Story a day update, Dirk Gently, and Peter Tinniswood

In the first 6 days of March I wrote just over 5000 words, spread among 5 different stories – not bad for an arbitrary self-assigned task, and the wordcount doesn’t include the copious notes I’ve made on what happens between the point I reached and the end of the tale. I’d been hoping for one or two completed flash pieces; all the topics I’ve tackled so far seem to warrant a longer work than that but I’ve still got over 3 weeks left.

Thanks to the brilliant BBC iplayer I’ve watched the first episode in the new Dirk Gently series. If you approach it not as a follow-up to the incomparable Douglas Adams novels but as a programme of the sort that a Douglas Adams reader may enjoy, it’s well worth a watch. Gently and MacDuff are well cast, the plot was suitably convoluted, silly, but with a twisted logic to it, and there were a few nods to the original. And I do love the fact that he’s still driving that Austin Princess (I actually have a story in my unpublished pile which features a car of that very type – many years ago my dad had an electric blue one).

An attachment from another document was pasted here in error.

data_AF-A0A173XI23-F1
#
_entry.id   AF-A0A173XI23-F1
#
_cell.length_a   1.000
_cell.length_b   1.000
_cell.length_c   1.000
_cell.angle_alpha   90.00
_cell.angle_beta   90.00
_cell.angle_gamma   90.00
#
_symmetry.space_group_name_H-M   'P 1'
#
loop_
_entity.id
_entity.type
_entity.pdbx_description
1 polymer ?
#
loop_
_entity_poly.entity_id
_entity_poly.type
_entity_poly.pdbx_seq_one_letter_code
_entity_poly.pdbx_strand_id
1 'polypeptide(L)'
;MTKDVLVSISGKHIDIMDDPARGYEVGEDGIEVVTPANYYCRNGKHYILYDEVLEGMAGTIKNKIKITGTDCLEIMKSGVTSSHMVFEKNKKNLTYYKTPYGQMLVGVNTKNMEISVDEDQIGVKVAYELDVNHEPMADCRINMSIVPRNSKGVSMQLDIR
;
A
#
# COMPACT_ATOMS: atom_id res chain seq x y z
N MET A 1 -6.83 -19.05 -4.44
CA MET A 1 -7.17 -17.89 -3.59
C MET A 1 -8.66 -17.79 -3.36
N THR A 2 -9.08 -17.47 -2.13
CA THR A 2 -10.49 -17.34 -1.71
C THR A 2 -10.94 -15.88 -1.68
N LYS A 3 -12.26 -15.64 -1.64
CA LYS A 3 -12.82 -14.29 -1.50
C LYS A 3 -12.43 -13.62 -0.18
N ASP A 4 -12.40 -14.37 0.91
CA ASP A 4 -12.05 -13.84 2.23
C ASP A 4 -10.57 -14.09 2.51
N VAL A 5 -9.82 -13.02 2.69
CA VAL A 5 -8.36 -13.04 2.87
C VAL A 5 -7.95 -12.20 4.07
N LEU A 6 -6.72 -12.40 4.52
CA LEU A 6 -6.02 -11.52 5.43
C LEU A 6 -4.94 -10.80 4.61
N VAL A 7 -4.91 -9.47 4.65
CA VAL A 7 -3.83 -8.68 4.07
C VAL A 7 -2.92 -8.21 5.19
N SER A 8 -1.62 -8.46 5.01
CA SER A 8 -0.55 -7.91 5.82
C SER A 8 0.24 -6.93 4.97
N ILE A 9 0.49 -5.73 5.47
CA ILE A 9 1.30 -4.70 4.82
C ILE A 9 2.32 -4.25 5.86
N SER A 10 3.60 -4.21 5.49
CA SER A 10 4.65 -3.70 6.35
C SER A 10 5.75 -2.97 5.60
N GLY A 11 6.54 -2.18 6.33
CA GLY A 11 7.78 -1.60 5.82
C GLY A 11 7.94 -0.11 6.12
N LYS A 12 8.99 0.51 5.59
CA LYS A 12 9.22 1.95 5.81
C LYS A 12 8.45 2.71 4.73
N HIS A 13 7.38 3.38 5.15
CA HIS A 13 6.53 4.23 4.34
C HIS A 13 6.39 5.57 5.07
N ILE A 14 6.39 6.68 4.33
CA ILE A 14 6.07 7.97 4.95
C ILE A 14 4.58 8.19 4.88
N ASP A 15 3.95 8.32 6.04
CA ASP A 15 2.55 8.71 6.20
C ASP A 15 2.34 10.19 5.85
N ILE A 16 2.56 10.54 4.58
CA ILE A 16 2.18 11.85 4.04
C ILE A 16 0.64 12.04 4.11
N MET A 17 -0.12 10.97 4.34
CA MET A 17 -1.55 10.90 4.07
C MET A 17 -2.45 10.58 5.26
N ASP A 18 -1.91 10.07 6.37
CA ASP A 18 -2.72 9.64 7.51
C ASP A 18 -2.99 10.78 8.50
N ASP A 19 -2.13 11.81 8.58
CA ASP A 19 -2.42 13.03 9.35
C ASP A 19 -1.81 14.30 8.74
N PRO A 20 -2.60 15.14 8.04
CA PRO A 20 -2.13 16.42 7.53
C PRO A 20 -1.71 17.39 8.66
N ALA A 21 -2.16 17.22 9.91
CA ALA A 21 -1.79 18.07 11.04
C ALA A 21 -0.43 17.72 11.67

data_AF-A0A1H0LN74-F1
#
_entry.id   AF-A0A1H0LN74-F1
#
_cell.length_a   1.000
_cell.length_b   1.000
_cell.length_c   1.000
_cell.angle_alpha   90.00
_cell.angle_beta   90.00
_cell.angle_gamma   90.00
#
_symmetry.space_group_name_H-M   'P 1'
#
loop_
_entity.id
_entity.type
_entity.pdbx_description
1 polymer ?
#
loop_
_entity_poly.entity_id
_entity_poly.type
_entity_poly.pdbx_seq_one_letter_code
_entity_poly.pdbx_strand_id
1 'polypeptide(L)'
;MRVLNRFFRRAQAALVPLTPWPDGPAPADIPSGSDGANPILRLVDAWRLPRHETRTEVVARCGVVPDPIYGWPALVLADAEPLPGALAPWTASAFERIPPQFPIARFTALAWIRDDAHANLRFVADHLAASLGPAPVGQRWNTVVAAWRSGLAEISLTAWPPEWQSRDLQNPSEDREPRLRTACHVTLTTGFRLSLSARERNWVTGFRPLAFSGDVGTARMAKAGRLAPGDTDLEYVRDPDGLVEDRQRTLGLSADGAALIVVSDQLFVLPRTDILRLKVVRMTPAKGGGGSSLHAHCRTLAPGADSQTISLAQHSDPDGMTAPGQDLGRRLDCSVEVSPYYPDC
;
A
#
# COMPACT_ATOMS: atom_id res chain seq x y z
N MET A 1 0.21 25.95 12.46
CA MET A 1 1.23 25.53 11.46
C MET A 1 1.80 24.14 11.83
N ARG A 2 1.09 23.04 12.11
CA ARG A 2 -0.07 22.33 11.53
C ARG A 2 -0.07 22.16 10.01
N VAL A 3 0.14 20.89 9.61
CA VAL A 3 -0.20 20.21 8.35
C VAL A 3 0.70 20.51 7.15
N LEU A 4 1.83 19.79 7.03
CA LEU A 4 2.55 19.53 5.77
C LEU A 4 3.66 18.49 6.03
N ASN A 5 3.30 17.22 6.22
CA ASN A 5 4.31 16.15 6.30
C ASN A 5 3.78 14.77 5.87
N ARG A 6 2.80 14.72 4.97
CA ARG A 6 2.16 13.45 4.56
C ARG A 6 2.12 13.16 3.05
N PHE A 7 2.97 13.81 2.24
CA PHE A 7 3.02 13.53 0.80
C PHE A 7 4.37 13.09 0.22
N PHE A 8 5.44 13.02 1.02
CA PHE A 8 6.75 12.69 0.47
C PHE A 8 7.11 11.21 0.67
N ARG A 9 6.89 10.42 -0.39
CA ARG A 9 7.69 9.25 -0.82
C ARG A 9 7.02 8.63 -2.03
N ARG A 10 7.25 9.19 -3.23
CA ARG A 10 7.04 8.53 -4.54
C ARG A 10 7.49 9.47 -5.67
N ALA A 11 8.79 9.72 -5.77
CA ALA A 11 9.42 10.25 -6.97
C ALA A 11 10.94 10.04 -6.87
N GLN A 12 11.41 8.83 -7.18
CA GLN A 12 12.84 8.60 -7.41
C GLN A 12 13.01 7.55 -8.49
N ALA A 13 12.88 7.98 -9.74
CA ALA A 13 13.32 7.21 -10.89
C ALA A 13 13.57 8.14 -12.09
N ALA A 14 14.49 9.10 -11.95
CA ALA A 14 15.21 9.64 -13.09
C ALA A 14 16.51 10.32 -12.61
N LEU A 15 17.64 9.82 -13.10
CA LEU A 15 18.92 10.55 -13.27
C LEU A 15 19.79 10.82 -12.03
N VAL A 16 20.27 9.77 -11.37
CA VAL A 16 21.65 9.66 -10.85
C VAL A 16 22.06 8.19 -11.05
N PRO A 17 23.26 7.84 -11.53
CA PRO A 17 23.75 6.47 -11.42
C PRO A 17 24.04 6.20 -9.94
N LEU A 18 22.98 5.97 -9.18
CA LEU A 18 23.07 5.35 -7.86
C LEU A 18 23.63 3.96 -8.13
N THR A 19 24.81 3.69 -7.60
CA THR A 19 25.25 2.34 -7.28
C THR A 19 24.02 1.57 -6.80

Also thanks to the iplayer, on which I’ve caught various episodes of Uncle Mort’s South Country and Uncle Mort’s North Country (never in the order they were intended), I read a Peter Tinniswood novel a couple of weeks ago. A Touch of Daniel is the first of his novels featuring the Brandon family, of which Uncle Mort is a member by marriage. Written in the late 1960s and set among working class characters in a northern town, the novel could happily sit alongside better-known classics such as A Kind of Loving or Room at the Top. However, Tinniswood wrote comedy, and comic novels are hard to pull off though he manages it here brilliantly: this is understated deadpan surrealist dark northern humour at its best. There are running gags, the on-off-on engagement which put me in mind of Bob and Thelma in Whatever Happened to the Likely Lads, a shotgun wedding featuring a most unlikely couple, bizarre deaths and apparent miracles. All wrapped up with a houseful of elderly (and slightly potty) relatives, a staunch mother, wayward father, and taciturn Carter Brandon the put-upon young man at the centre of it all. If you like Robert Rankin and the Likely Lads, you could do worse than read this book.

 

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